Britannia Pacificatrix by Sigismund Goetze at the Foreign Office, UK
Referring to recent literature which situates the history of the United States during the nineteenth century within the geopolitical and economic framework of the 'British world-system', Sexton argued that American expansionism and British imperialism were not two distinct and isolated processes, but, at least to some extent, interdependent. He stressed that Britain's global position of power, which was at its apogee during the Victorian era, was often the foundation on which US expansionism was built, both in North America and beyond.
The United States military has been intervening in other countries for a long time. In 1898, it seized the Philippines, Cuba, and Puerto Rico from Spain, and in 1917-18 became embroiled in World War I in Europe. In the first half of the 20th century it repeatedly sent Marines to "protectorates" such as Nicaragua, Honduras, Panama, Haiti, and the Dominican Republic. All these interventions directly served corporate interests, and many resulted in massive losses of civilians, rebels, and soldiers.
...although nearly all the post-World War II interventions were carried out in the name of "freedom" and "democracy," nearly all of them in fact defended dictatorships controlled by pro-U.S. elites. Whether in Vietnam, Central America, or the Persian Gulf, the U.S. was not defending "freedom" but an ideological agenda (such as defending capitalism) or an economic agenda (such as protecting oil company investments). In the few cases when U.S. military forces toppled a dictatorship--such as in Grenada or Panama--they did so in a way that prevented the country's people from overthrowing their own dictator first, and installing a new democratic government more to their liking.
Is the United States a force for democracy? ... If you flip over the rock of American foreign policy of the past century, this is what crawls out ... invasions ... bombings ... overthrowing governments ... occupations ... suppressing movements for social change ... assassinating political leaders ... perverting elections ... manipulating labor unions ... manufacturing "news" ... death squads ... torture ... biological warfare ... depleted uranium ... drug trafficking ... mercenaries ... It's not a pretty picture. It's enough to give imperialism a bad name.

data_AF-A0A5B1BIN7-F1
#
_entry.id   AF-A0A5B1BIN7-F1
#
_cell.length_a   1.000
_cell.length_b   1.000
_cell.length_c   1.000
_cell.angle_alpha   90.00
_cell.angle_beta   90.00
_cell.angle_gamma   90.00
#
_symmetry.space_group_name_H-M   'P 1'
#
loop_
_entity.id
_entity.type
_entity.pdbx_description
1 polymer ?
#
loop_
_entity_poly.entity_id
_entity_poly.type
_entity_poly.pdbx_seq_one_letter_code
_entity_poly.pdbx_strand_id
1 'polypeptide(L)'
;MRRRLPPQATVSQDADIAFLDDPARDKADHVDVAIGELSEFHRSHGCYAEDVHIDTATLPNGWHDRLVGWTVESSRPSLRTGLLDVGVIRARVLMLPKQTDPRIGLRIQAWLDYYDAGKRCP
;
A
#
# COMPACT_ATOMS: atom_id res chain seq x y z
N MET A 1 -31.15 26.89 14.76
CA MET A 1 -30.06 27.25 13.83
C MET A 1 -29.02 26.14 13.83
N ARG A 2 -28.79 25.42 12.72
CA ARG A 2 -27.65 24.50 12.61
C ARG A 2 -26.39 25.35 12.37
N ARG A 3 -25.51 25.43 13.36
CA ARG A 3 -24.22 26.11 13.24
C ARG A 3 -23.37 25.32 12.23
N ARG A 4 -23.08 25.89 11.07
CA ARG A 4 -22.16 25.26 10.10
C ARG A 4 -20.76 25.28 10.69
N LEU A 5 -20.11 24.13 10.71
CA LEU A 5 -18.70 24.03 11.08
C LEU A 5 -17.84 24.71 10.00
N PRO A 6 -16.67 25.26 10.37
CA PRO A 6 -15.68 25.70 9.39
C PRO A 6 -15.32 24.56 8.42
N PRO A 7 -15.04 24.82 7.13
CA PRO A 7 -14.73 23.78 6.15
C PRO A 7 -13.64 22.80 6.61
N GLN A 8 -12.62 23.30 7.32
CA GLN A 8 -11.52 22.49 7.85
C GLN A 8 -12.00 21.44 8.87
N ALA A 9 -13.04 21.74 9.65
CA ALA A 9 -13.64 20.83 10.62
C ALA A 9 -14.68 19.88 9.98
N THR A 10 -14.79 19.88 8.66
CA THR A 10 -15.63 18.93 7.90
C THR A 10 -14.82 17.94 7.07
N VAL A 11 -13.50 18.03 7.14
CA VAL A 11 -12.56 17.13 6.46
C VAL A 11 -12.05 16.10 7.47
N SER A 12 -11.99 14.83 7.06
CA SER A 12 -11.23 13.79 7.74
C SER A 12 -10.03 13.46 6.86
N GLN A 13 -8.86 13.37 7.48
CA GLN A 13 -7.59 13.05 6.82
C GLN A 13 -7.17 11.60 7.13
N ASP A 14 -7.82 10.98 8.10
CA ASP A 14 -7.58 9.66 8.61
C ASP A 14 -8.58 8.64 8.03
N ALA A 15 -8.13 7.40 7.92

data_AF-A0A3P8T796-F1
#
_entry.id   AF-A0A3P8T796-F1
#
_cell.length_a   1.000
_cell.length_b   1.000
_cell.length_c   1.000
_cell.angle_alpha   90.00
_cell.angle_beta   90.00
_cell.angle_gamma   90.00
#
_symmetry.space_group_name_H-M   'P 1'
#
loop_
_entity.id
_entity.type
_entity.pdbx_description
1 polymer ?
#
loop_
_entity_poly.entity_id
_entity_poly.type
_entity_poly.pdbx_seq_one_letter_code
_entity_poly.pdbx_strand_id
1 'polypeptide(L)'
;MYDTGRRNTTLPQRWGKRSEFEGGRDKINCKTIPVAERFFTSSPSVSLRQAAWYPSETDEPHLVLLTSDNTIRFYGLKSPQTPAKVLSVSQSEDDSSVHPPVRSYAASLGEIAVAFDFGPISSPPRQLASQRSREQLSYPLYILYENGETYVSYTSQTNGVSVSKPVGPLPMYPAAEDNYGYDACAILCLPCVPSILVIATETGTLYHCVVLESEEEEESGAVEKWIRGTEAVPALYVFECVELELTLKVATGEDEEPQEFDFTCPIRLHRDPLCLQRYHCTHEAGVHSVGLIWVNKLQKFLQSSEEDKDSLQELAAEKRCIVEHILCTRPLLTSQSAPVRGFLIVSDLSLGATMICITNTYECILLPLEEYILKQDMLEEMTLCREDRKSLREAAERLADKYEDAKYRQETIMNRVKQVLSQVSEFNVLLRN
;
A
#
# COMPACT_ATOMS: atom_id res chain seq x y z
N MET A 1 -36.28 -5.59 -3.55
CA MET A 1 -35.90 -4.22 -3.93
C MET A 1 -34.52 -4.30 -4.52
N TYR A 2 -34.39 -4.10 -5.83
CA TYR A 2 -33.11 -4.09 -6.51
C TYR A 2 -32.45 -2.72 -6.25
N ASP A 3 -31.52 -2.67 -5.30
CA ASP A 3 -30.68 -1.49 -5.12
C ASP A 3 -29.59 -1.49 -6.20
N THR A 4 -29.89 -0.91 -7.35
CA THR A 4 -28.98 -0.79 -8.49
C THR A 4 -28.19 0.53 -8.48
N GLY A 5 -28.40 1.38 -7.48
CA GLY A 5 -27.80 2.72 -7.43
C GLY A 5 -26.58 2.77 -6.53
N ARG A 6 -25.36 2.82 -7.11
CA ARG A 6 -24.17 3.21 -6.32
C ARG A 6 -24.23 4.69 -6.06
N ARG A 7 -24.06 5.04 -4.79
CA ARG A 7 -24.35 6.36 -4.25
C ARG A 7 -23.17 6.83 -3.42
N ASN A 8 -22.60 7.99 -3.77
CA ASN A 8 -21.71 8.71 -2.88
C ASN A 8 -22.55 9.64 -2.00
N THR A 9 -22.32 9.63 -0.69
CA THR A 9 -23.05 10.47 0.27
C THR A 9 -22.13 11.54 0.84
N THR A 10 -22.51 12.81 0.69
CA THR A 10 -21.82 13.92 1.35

This essay argues that American Imperialism is not a question, but a reality. "Imperialism" is a loaded word. To call the United States an imperial nation in conversation with an American official, whether a President, Secretary of Defense, or anyone of either official party, would be very impolite. And yet, while imperialism is delegitimized in public discourse, imperial reality defines our foreign policy. The U.S. is more of a military empire than many of us realize.
The New American Century
The Project for the New American Century (PNAC) was a neoconservative think tank based in Washington, D.C. that focused on United States foreign policy. It was established as a non-profit educational organization in 1997, and founded by William Kristol and Robert Kagan. The PNAC's stated goal was "to promote American global leadership."
Established in the spring of 1997, the Project for the New American Century is a non- profit, educational organization whose goal is to promote American global leadership. ... The process of transformation, even if it brings revolutionary change, is likely to be a long one, absent some catastrophic and catalyzing event — like a new Pearl Harbor.
The United States has been pursuing a grand imperial strategy with the aim of staking out the globe.